The boundary between the bright terrain of Harpagia Sulcus (right) and dark terrain of Nicholson Regio (left) areas of Jupiter's moon Ganymede springs out when viewed through red/blue 3-D glasses, in this image taken by NASA's Galileo spacecraft as it flew by Ganymede on May 20, 2000.
Details of the rough, ancient, heavily cratered dark terrain of Nicholson Regio are in stark contrast to the very smooth, bright, young terrain of Harpagia Sulcus. In the center lies the transition to the boundary between these two regions, providing evidence that extensional faulting marks the boundary. A series of steep slopes deform the dark terrain close to the boundary. In the bright terrain, a deep trough and flanking ridge delimit the boundary.
North is to the top of the picture. The Sun illuminates the surface from the left. The imaged region, centered at ?14 degrees latitude and 319degrees longitude, covers an area approximately 25 by 10 kilometers (15.5 by 6 miles.) The resolutions of the two data sets are 20 meters (66 feet) per picture element and 121 meters (397 feet) per picture element. The higher resolution images were taken at a range of 2,000 kilometers (about 1,200 miles).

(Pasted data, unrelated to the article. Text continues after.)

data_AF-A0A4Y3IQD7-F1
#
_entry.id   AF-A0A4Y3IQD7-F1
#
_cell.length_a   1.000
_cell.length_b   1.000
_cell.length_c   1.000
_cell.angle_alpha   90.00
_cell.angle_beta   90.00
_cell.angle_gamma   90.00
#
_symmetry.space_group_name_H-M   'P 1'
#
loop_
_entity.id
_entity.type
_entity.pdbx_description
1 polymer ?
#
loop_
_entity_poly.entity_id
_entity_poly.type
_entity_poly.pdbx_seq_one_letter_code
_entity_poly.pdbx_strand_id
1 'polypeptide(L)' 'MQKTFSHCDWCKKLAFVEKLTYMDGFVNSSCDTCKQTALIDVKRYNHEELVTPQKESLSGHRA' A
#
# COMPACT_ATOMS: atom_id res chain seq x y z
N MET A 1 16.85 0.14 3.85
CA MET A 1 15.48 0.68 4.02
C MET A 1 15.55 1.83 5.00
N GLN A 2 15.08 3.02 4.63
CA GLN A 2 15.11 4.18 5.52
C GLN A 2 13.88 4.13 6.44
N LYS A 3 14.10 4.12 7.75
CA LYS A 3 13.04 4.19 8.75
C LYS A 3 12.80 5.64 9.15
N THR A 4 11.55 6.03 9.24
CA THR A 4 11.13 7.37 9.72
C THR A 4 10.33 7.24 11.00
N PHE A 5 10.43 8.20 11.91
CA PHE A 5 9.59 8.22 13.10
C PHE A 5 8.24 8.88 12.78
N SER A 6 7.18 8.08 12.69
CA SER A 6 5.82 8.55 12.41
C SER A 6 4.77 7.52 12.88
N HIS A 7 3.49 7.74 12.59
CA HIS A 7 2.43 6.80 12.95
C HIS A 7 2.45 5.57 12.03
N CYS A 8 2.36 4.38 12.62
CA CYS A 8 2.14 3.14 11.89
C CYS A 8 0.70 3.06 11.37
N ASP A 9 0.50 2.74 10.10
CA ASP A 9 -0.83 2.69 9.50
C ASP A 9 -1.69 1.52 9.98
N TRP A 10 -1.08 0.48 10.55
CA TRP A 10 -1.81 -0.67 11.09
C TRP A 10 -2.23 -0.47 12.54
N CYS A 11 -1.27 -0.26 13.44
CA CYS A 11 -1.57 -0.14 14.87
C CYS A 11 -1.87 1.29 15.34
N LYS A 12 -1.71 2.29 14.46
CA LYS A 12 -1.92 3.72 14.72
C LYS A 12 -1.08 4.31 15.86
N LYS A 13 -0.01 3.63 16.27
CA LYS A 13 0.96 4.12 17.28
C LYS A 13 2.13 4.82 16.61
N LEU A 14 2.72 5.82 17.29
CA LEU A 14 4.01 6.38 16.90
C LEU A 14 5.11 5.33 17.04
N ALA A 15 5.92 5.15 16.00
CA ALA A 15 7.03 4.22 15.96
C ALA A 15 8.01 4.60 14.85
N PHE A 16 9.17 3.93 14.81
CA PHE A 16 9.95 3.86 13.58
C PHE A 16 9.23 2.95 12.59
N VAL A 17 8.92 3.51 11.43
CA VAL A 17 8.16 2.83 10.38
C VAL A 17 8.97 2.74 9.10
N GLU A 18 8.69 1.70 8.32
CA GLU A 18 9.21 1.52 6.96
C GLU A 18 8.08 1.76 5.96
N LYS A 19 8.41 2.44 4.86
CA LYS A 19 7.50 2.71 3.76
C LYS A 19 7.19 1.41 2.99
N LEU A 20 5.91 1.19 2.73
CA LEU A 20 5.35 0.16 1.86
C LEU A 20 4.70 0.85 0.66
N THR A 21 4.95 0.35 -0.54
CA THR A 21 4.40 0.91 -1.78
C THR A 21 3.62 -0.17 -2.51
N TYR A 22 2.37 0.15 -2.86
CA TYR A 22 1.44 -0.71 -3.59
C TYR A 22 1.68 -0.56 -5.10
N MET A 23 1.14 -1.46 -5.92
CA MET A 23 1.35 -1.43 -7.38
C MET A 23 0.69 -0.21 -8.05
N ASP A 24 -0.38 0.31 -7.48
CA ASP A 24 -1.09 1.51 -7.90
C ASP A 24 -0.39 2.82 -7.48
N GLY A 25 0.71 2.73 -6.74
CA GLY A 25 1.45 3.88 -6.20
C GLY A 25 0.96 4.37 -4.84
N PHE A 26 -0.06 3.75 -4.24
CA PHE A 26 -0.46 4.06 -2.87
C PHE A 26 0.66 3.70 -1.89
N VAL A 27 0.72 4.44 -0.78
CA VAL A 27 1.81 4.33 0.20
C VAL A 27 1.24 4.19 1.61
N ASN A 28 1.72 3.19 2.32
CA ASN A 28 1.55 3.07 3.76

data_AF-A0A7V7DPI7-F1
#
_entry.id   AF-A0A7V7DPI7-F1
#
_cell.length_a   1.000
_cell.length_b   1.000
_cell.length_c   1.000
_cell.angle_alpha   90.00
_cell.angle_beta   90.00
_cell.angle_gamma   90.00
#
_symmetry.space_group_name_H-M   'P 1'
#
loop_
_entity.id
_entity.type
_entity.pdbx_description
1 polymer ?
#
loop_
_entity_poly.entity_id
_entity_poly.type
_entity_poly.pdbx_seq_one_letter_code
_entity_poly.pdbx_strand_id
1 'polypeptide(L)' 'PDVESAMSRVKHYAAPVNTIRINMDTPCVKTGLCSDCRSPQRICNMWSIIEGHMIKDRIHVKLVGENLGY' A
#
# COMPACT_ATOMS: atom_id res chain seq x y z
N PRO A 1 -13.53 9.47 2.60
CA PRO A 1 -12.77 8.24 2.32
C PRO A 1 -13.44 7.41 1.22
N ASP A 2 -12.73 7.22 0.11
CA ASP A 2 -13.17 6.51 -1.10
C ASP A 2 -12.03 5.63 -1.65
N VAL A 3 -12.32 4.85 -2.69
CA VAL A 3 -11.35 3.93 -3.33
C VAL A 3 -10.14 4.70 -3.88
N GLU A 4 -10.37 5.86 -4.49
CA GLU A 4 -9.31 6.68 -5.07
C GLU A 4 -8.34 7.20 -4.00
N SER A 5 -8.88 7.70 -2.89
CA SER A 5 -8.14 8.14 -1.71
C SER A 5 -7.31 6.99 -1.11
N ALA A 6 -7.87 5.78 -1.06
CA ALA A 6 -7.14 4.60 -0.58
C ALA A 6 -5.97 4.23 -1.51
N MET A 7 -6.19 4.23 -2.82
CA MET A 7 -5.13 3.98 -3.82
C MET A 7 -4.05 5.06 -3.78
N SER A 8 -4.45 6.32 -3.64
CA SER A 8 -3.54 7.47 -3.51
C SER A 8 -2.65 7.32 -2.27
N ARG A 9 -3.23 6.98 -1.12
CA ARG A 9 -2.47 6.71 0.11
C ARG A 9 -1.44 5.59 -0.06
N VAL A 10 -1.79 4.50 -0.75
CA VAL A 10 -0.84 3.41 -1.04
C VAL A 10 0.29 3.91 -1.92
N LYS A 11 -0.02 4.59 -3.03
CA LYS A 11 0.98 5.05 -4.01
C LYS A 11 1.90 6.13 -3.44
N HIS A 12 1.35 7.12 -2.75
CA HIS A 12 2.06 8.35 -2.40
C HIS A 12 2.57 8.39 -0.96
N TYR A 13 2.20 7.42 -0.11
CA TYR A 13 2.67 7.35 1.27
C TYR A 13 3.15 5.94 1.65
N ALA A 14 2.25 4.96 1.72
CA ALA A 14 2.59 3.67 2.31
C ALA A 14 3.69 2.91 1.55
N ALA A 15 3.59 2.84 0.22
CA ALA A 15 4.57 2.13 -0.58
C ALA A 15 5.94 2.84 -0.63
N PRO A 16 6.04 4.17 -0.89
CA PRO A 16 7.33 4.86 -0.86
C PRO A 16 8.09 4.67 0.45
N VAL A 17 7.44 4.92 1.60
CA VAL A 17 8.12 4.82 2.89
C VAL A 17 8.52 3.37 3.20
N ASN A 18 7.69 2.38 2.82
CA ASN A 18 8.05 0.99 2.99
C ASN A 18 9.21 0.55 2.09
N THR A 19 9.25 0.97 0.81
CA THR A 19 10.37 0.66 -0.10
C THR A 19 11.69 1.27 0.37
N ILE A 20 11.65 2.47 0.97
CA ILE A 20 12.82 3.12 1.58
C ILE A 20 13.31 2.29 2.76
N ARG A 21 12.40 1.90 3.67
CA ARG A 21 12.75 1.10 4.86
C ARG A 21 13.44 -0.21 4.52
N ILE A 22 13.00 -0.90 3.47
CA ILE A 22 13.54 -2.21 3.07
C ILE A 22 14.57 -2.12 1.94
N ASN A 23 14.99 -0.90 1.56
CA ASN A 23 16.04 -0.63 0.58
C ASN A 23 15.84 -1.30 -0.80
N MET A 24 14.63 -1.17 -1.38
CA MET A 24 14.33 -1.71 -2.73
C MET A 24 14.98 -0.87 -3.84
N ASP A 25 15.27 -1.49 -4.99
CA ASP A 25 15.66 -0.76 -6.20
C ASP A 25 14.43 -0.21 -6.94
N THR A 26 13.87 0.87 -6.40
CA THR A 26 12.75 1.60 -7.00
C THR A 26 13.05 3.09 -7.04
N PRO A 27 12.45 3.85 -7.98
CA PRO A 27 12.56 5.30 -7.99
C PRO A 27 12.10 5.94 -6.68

The Jet Propulsion Laboratory, Pasadena, Calif., manages the Galileo mission for NASA's Office of Space Science, Washington, D.C. JPL is a division of the California Institute of Technology in Pasadena.
This image and other images and data received from Galileo are posted on the Galileo mission home page at http://www.jpl.nasa.gov/galileo . The image was produced by the German Aerospace Center (DLR),http://solarsystem.dlr.de and Brown University,http://www.planetary.brown.edu/. Background information and educational context for the images can be found at http://www.jpl.nasa.gov/galileo/sepo